I always thought one of the weaker elements of that episode was the way this got glossed over at the end. I can't remember exactly how it went, but it was like the Doctor said, "I didn't really mean all that stuff, Ace," and she said, "Aw, Professor, you really had me going there for a minute, tee hee" and they went off to their next adventure like nothing had ever happened. At least this episode ends in a slightly more realistic fashion, with the Doctor and Amy and Rory having to take some time apart to come to terms with what they've said to each other.

Don't expect it to last, though; Karen Gillan said at Comic-Con that she's definitely returning for the next season. (I wonder, that being the case, if this is a bit like Tegan Jovanka's departure-and-return during the 5th Doctor's tenure—written out when the actress wasn't sure if she wanted to come back for the next season, then written back in again when she decided she wanted back in? Perhaps they left this episode open-ended while Karen was still making up her mind?)

That's something a bit weird I noticed about this season compared to previous seasons, by the way. I'm not sure if it signifies, but rather than constantly traveling with the Doctor, Amy and Rory were basically in and out of the Tardis like it had revolving doors. They started the season stuck at home after the events of the Christmas special, until the Doctor's letters arrived. They were off the ship again after "A Good Man Goes to War" (for no really good reason except to give Mels the chance to show up in a stolen sports car, given that the Doctor apparently didn't actually do anything worthy of mention between sending them home and picking them up), and finally had to attract the Doctor's attention with a crop circle. And now they're chucked out the hatch again for the Doctor to go off and visit his ex-flatmate for another jolly session of live-like-the-humans-do slumming.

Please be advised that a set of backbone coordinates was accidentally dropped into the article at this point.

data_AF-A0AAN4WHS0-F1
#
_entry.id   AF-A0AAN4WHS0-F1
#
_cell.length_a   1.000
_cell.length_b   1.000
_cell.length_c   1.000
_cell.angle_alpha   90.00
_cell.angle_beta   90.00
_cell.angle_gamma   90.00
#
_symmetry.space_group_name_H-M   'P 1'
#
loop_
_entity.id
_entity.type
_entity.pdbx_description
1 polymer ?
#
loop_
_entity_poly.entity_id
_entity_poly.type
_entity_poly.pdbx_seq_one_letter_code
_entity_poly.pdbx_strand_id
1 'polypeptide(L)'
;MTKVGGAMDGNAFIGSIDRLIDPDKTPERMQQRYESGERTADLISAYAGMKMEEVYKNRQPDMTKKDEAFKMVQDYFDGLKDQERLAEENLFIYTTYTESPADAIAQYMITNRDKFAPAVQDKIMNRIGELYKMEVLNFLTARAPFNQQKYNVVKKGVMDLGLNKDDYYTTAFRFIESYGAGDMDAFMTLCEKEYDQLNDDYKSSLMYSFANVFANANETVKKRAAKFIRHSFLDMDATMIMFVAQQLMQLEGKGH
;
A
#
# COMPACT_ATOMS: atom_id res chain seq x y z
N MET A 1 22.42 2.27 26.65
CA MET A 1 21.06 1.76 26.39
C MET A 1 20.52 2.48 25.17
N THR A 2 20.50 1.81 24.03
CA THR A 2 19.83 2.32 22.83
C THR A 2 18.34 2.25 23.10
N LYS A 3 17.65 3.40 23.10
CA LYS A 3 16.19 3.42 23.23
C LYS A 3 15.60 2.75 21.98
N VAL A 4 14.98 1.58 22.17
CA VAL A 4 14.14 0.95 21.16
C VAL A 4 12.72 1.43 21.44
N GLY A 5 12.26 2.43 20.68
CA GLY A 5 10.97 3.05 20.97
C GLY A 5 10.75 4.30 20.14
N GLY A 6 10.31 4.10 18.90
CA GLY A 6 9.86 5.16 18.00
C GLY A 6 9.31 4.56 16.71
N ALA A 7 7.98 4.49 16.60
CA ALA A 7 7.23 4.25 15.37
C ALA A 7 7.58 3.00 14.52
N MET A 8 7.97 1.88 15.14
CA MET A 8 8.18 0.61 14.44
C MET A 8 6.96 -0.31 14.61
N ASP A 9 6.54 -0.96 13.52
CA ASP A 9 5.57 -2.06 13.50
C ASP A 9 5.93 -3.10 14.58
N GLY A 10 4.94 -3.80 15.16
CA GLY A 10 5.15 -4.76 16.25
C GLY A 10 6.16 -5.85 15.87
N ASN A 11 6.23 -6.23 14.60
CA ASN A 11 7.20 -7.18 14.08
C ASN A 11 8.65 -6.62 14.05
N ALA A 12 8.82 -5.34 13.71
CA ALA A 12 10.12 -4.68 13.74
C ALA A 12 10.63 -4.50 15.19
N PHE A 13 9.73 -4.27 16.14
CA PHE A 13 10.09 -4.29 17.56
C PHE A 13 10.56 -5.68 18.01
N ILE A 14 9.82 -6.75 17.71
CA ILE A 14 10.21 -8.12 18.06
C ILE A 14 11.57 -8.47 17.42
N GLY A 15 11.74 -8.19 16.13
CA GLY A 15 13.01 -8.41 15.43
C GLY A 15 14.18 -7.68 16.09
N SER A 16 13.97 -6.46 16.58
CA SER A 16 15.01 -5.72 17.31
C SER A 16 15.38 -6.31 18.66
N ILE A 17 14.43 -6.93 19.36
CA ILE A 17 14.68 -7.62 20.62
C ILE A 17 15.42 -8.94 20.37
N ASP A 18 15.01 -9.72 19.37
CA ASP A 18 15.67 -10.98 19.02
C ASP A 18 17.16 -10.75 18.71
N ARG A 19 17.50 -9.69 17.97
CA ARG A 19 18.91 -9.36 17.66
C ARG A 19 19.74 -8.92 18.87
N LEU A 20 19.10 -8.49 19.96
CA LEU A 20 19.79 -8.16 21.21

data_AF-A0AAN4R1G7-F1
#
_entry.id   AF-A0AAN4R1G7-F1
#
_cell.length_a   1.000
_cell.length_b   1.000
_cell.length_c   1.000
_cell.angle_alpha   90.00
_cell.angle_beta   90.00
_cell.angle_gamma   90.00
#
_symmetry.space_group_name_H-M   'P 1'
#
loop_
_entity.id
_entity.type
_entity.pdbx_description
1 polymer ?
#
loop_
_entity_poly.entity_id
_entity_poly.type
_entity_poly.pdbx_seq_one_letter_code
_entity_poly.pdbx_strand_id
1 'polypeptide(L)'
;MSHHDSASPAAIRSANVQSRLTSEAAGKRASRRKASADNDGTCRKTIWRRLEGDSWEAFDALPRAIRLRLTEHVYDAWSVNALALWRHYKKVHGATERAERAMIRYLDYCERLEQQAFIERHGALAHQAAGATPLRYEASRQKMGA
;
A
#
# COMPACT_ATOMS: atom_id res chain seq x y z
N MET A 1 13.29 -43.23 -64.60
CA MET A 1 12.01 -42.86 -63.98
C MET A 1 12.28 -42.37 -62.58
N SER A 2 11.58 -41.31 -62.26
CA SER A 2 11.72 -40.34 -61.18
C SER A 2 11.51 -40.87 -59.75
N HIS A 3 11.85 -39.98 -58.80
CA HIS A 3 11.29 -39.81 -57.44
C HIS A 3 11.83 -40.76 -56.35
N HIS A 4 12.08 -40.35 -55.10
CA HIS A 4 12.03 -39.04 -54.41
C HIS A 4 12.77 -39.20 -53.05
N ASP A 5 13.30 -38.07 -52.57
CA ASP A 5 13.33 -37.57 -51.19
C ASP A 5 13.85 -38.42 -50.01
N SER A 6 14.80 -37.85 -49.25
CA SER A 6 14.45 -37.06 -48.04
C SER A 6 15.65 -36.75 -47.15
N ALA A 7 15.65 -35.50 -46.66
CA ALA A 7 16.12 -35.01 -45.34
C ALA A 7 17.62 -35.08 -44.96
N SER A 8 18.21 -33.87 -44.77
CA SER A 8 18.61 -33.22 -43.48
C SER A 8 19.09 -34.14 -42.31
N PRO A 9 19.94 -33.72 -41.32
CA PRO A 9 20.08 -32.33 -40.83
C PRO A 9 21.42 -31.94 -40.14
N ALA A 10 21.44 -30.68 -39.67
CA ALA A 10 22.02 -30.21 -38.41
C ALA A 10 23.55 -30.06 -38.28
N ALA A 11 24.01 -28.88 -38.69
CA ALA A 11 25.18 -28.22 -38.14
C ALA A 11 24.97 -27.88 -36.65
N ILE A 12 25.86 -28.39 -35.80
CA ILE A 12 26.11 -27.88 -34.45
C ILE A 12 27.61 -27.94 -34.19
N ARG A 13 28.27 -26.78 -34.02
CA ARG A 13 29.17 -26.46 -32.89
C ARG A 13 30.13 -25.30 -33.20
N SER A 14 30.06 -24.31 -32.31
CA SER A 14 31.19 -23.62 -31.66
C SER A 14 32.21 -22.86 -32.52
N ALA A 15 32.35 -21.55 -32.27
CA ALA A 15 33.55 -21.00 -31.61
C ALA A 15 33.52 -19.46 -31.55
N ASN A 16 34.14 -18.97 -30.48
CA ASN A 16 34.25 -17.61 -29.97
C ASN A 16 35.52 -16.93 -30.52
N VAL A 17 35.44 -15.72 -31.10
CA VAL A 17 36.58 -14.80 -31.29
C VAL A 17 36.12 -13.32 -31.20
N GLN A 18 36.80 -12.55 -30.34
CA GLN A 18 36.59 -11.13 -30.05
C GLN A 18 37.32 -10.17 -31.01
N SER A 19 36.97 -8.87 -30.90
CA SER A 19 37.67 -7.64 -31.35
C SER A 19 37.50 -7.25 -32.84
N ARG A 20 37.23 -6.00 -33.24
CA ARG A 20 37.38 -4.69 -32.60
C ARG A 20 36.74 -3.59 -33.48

Why is that, I wonder? Is there any significance to it? Will it be like that not-wearing-his-jacket thing in "The Time of Angels" and be part of some greater master plan in the end? Or was it just an excuse to see what silly things Amy and Rory do to try to get the Doctor's attention?

At any rate, I would not be at all surprised to see them again in the season finale, however—and not just the versions who were there in the original episodes. They've got to get closure on watching the Doctor die, after all.
Ashley Fox
53. A Fox
After Older amy's abilities, I rather think it will have something to do with Amy figuring out how to build a screwdriver, or some such.
warduke72
54. Bhek
@52:
Funny you should say that about Curse of Fenric, because its treatment of the losing faith moment is kind of the complete opposite of what happens in The God Complex. (you might want to take a look at this, for both the clip and the commentary:
http://theoncominghope.blogspot.com/2011/09/doctor-who-god-complex-aka-characters.html)
warduke72
55. Jae
Can we get someone else to write Doctor Who reviews? Maybe someone who's not so in love with a character that they will judge episodes based solely on the treatment of that character. Or maybe someone who, despite their own feelings about the show, is willing to at least consider criticisms of the problematic aspects that others see in it.
warduke72
56. Natenanimous
@52

I believe that the Doctor was quite busy during the mid-season break when Amy and Rory returned home, before they pulled him back with the crop circle. I think he returned to the scene of The Rebel Flesh and reconstituted his flesh ganger, so that they could work together to diffuse the plot from the Silence to destroy him. When Amy and Rory attracted the Doctor's attention with the crop circles, I believe it was the ganger Doctor who showed up in the TARDIS, and who has been with them ever since.